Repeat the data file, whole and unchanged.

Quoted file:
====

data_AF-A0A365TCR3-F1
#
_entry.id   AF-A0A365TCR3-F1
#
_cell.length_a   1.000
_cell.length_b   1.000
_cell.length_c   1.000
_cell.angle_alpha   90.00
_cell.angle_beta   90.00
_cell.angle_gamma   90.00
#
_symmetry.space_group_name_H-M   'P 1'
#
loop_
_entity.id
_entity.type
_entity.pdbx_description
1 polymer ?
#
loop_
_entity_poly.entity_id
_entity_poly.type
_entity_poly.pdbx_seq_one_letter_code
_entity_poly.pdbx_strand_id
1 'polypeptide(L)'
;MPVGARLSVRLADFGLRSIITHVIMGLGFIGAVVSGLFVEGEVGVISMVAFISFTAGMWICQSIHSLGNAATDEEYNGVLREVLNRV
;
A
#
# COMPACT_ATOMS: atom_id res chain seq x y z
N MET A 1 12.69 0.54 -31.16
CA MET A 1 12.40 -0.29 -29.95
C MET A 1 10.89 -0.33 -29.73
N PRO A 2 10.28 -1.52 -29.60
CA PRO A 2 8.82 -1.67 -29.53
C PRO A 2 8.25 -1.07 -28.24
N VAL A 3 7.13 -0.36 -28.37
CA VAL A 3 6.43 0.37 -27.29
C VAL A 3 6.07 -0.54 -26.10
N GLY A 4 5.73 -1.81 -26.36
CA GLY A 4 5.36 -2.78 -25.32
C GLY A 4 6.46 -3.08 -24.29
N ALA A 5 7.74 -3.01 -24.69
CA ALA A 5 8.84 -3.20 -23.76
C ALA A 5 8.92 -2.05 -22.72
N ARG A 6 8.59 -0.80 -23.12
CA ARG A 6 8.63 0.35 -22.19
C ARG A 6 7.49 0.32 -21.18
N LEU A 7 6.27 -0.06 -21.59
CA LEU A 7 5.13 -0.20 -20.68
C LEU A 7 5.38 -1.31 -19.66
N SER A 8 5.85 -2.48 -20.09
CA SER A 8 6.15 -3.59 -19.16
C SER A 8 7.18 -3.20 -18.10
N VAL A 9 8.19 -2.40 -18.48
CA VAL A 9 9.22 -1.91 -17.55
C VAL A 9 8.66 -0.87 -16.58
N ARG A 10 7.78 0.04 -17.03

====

data_AF-A0A365TCR3-F1
#
_entry.id   AF-A0A365TCR3-F1
#
_cell.length_a   1.000
_cell.length_b   1.000
_cell.length_c   1.000
_cell.angle_alpha   90.00
_cell.angle_beta   90.00
_cell.angle_gamma   90.00
#
_symmetry.space_group_name_H-M   'P 1'
#
loop_
_entity.id
_entity.type
_entity.pdbx_description
1 polymer ?
#
loop_
_entity_poly.entity_id
_entity_poly.type
_entity_poly.pdbx_seq_one_letter_code
_entity_poly.pdbx_strand_id
1 'polypeptide(L)'
;MPVGARLSVRLADFGLRSIITHVIMGLGFIGAVVSGLFVEGEVGVISMVAFISFTAGMWICQSIHSLGNAATDEEYNGVLREVLNRV
;
A
#
# COMPACT_ATOMS: atom_id res chain seq x y z
N MET A 1 12.69 0.54 -31.16
CA MET A 1 12.40 -0.29 -29.95
C MET A 1 10.89 -0.33 -29.73
N PRO A 2 10.28 -1.52 -29.60
CA PRO A 2 8.82 -1.67 -29.53
C PRO A 2 8.25 -1.07 -28.24
N VAL A 3 7.13 -0.36 -28.37
CA VAL A 3 6.43 0.37 -27.29
C VAL A 3 6.07 -0.54 -26.10
N GLY A 4 5.73 -1.81 -26.36
CA GLY A 4 5.36 -2.78 -25.32
C GLY A 4 6.46 -3.08 -24.29
N ALA A 5 7.74 -3.01 -24.69
CA ALA A 5 8.84 -3.20 -23.76
C ALA A 5 8.92 -2.05 -22.72
N ARG A 6 8.59 -0.80 -23.12
CA ARG A 6 8.63 0.35 -22.19
C ARG A 6 7.49 0.32 -21.18
N LEU A 7 6.27 -0.06 -21.59
CA LEU A 7 5.13 -0.20 -20.68
C LEU A 7 5.38 -1.31 -19.66
N SER A 8 5.85 -2.48 -20.09
CA SER A 8 6.15 -3.59 -19.16
C SER A 8 7.18 -3.20 -18.10
N VAL A 9 8.19 -2.40 -18.48
CA VAL A 9 9.22 -1.91 -17.55
C VAL A 9 8.66 -0.87 -16.58
N ARG A 10 7.78 0.04 -17.03